Objective estimators of perceived audio or speech quality seek to provide meaningful, repeatable, rapid estimates of perceived quality. The most fundamental and correct measures of speech quality come from listening experiments or subjective tests. However, carefully conducted listening experiments tend to be fairly complex and time consuming, and the associated costs make them inappropriate for some applications. Thus, objective estimators may offer practical alternatives to listening experiments in some situations.
Objective estimators typically apply digital signal processing algorithms to "sent" and "received" to estimate the difference between them in a perceptually consistent way. This difference can then be mapped to an estimate of perceived speech quality, often using one of the scales that are used in listening experiments. The advantages of objective estimators over listening experiments are clear. The disadvantage is also very clear: objective estimators can only provide estimates. Some of the technical publications found on this site describe Program efforts in the area of quality estimation.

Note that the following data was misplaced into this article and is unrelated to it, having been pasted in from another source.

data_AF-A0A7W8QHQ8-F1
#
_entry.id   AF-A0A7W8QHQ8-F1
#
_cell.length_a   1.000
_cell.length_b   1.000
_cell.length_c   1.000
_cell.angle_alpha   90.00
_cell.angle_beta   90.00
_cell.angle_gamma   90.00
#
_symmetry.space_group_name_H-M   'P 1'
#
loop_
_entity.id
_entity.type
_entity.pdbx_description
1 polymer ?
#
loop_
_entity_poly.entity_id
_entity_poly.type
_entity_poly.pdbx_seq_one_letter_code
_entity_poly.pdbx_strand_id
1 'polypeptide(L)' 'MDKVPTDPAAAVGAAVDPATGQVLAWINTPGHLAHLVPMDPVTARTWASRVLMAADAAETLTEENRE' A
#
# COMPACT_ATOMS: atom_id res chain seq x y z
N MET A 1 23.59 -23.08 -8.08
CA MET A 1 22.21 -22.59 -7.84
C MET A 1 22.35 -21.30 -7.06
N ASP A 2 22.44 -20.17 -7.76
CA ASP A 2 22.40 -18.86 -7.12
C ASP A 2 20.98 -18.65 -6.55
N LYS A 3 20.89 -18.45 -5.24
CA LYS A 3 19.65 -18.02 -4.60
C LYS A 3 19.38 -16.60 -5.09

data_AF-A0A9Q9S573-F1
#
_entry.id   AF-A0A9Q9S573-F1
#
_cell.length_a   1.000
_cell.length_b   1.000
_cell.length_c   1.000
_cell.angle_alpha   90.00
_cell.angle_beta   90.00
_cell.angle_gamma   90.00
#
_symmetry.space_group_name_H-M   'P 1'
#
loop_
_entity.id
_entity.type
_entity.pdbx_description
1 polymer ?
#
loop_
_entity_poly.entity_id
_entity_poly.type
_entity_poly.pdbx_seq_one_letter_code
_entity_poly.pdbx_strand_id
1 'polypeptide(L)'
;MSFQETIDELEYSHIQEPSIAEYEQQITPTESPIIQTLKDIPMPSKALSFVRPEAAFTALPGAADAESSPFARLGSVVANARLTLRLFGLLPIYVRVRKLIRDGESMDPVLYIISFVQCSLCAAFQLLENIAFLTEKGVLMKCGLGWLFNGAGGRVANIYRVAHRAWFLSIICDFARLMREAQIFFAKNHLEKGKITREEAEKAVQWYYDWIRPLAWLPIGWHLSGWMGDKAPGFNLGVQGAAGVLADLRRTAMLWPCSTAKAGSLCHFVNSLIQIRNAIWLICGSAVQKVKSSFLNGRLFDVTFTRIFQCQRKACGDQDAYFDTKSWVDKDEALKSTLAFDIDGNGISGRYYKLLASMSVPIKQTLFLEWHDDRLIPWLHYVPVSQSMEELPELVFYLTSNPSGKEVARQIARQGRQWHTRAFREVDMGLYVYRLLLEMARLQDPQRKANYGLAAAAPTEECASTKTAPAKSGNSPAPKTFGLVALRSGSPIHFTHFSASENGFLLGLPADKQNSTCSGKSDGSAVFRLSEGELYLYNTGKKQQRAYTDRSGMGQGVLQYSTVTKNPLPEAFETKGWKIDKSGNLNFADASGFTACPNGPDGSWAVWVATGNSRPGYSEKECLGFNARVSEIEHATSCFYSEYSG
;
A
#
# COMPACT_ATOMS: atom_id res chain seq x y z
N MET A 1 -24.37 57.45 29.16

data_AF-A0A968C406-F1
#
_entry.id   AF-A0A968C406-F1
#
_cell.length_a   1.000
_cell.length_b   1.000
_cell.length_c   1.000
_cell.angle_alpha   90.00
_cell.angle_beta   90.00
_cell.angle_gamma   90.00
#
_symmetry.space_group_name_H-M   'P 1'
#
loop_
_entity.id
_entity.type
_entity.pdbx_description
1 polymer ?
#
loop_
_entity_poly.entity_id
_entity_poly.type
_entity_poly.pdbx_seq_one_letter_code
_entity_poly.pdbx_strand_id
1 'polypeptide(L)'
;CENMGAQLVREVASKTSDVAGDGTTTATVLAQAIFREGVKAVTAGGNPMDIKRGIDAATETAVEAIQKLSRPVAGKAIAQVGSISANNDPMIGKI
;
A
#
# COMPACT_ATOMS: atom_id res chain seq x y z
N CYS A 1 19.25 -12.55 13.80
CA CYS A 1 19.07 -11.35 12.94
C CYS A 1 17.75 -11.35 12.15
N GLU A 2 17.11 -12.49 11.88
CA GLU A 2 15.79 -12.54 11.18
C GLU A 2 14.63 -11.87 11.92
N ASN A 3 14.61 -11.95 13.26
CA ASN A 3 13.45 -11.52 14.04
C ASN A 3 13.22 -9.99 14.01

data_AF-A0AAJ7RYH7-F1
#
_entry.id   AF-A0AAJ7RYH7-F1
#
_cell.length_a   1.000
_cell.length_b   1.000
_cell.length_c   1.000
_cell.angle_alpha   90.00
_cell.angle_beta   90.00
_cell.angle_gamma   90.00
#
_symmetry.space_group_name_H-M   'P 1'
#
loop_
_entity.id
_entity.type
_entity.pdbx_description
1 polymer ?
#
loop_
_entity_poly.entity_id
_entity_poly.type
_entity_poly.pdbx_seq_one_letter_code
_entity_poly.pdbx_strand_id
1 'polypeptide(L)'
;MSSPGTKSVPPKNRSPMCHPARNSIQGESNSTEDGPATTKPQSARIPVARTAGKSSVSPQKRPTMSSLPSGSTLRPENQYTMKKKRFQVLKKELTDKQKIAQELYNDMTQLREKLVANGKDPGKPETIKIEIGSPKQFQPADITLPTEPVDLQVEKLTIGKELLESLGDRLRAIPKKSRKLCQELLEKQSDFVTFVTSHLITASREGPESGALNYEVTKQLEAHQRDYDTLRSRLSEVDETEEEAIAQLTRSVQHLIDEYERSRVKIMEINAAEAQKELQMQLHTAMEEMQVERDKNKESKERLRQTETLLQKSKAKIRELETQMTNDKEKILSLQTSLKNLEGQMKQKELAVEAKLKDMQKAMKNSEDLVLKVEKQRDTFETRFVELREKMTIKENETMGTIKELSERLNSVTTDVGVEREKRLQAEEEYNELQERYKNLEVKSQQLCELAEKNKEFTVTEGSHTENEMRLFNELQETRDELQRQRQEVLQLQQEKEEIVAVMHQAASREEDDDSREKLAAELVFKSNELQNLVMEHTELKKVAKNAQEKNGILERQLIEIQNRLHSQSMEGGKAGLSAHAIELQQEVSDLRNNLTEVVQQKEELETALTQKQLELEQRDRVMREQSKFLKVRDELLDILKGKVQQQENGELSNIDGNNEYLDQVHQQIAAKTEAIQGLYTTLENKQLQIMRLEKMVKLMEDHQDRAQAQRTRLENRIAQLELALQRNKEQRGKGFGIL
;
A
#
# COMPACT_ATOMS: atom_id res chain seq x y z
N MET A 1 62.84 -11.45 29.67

For objective estimation of speech quality one can consider
- POLQA: ITU-T Rec. P.863 (01/2011), "Perceptual Objective Listening Quality Assessment"
- PESQ: ITU-T Rec. P.862 (02/2001), "Perceptual Evaluation of Speech Quality"
- MNB: ATIS-0100518.1998 (R2013), "Objective Measurement of Telephone Band Speech Quality Using Measuring Normalizing Blocks (MNBs)"
For estimation of 20 kHz bandwidth music quality one can consider
- PEAQ: ITU-R Rec. BS-1387 " Method for Objective Measurements of Perceived Audio Quality"